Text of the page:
Grooved Rivets are designed to be installed within a hole made of fibrous materials such as wood and some low-medium density plastics. When set properly, the annular rings around the body will bite into the wood or plastic and will radially expand within the hole. Keep in mind, this rivet is designed to expand within a hole. It is not intended to expand at the rear side like most blind rivets. Only one fibrous material is necessary as long as it is the final substrate. Other materials can be fastened to wood products as long as it is between the head and the wood. In this case, be sure there is enough material thickness of the fibrous material so the rivet can set properly.
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Type: RivetKing Grooved Blind Rivet, Dome Head
Material: Aluminum Body / Steel Mandrel
Finish: Polished Body / Zinc Cr3+ Plated Mandrel, ROHS Compliant
Determining the length of the rivet is critical to ensure the rivet will function as intended. If the rivet is applied over or under its intended grip range, it may not work properly. All manufacturers list a range of material thickness in which the product will perform properly. This thickness is commonly called the grip range. Setting rivets outside of their specified grip range can lead to functional failures. Rivets set over-grip will not retain the mandrel head, causing it to fall out of the rivet body after setting. Rivets set under-grip can bend and offset, reducing the overall strength and aesthetic appearance. Failure to adhere to the grip range may also cause a premature break or difficulty in clearing the spent mandrel from the setting tool.
Also be sure to account for the theoretical grip versus the actual grip. While the grip may be calculated by adding the thickness of the two materials together, be sure to account for any burrs, bends and manufacturing tolerances which may increase or decrease the overall grip of the materials being riveted.
Hole sizes are extremely important for the proper functionality of blind rivets. We specify a hole size for every rivet we manufacture. A rivet is only guaranteed to function as designed when the hole size is within the prescribed range. Additionally, the design engineer should calculate the manufacturing tolerances of the hole to ensure proper fit so that interference issues will not occur later.
Joint Materials & Strength:
It is sometimes necessary to use dissimilar materials such as fastening aluminum to steel or plastics to aluminum. Whenever possible, the stronger material should be the secondary side because this is where the setting will take place. As a general rule, a rivet should be used in materials equal to or greater than its own strength, although custom rivets can be produced to work in softer materials. Be sure to verify the compatibility of the rivet materials as galvanic corrosion can occur and is seldom considered in the design phase.
Sufficient clearances are needed so that the tool can access the joint being riveted without interference. Be sure to account for the riveting equipment in the design phase to prevent the need for customized and potentially costly tooling modifications.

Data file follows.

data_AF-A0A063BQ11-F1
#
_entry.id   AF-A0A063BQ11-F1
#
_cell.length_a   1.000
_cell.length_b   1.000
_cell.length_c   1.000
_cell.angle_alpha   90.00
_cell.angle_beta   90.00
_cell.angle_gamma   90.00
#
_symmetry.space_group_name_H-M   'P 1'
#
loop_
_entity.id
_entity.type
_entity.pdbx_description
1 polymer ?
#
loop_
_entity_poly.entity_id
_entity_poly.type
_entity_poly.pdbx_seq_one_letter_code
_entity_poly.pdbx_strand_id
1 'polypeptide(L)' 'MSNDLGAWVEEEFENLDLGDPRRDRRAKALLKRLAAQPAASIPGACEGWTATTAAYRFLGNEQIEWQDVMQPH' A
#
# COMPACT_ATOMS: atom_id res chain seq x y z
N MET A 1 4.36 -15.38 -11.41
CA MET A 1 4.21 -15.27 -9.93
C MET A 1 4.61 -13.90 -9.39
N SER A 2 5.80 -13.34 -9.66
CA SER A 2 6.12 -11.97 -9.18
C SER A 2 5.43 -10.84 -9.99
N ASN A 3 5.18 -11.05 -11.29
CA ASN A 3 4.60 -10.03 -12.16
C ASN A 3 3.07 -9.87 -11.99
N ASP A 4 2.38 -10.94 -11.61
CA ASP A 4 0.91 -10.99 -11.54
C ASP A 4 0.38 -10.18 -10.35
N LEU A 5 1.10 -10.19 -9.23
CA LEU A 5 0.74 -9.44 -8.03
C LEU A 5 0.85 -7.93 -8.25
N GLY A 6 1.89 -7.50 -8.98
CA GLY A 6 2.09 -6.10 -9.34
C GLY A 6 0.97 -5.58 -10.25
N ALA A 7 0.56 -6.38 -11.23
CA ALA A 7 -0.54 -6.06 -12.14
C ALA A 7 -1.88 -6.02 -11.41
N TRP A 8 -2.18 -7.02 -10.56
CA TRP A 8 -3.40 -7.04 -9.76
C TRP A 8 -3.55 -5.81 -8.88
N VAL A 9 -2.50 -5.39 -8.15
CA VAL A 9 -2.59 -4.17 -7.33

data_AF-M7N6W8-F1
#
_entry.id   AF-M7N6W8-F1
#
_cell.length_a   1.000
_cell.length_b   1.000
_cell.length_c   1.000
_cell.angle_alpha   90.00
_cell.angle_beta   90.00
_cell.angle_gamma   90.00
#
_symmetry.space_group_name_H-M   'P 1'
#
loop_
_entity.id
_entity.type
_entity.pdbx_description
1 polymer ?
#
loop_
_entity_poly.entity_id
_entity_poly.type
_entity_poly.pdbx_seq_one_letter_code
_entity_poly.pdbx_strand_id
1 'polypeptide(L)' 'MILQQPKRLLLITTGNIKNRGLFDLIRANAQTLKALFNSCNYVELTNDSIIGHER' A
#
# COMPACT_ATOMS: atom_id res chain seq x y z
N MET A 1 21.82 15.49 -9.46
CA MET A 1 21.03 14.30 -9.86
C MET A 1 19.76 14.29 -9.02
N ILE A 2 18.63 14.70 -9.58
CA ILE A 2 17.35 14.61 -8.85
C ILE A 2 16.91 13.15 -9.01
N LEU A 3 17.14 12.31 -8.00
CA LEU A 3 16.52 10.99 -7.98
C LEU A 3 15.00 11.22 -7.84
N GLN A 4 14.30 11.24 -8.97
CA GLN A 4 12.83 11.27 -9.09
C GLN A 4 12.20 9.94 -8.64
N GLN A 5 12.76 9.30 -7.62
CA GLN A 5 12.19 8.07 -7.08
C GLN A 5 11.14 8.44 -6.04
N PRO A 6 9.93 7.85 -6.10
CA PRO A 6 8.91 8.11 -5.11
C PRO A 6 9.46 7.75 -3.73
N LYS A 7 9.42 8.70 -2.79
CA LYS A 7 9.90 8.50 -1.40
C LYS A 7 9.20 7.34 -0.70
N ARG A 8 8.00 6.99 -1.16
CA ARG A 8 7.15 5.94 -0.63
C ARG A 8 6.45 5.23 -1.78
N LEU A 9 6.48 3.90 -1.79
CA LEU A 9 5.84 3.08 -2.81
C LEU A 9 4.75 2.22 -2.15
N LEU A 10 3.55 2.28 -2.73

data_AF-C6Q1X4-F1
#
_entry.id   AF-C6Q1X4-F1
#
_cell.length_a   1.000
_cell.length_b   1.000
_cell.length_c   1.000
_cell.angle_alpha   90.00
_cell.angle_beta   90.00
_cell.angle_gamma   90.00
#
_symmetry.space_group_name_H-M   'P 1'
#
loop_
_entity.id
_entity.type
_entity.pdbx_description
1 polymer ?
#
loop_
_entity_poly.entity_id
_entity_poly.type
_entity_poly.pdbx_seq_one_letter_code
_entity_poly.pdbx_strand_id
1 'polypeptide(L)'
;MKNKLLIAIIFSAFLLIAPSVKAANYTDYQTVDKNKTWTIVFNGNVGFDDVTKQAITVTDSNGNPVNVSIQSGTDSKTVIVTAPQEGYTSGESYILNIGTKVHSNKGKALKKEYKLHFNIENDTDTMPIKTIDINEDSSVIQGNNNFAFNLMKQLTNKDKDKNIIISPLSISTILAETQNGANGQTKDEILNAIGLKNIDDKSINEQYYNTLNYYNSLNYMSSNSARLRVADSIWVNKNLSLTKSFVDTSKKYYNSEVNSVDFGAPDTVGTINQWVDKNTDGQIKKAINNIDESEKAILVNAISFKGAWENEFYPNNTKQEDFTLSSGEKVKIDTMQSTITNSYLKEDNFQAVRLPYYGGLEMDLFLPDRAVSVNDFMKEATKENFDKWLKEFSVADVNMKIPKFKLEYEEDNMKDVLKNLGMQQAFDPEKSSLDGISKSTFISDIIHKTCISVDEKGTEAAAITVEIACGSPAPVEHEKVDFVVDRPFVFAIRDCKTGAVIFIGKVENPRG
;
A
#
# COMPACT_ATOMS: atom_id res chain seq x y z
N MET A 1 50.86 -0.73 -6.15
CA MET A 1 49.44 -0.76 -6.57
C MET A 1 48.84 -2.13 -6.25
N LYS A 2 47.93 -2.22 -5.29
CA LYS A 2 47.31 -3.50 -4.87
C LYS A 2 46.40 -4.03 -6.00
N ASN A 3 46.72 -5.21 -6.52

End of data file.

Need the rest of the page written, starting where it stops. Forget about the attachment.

Axial access is required on the primary side being riveted to allow for the flange to overlap the hole without interference. When designing the primary hole, be sure to calculate the head diameter and its tolerances as well as the layout footprint of the head around the hole. This is especially critical when riveting on brackets and other hardware next to bends, folds, extrusions and/or cutouts on the applications.
Blind Side Clearance:
Since the blind side of the rivet is designed to form into a secondary flange, it is important to leave room for the flange to expand and seat properly. Keep in mind, the collapsed height is shorter than the pre-installed height. Therefore, be sure the secondary side can accommodate the entire rivet length (including the mandrel head), before riveting. Testing should be done in the design phase to calculate what distances are needed and to verify proper functionality.
The corrosion factor of a particular rivet is dependent on the corrosivities of the base metal, the protective layer (plating) and the conversion layer (chromate). Being that the most cost effective material to manufacture is steel, most prefer to protect the steel with a plating such as Zinc Chromate, or other alloy platings. Because blind rivets are plated before they are assembled, do not attempt to post-plate an assembled rivet. For standard performance, an SST rating of 24 hours until red rust is common. Other platings such as zinc alloys (Zinc Nickel, Zinc Iron, Tin Zinc) are available which can extend the SST rating to 840 hours until red rust. All specified finishes are tested by RivetKing in accordance with ASTM B117 standards.
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RivetKing is a support-oriented company and has local application engineers to assist with product and tool selection. You may contact our sales department for technical guidance, or an application engineer for local support. Usually, we can be at your facility nationwide within 48 hours.
Sales Support: 1-800-289-7483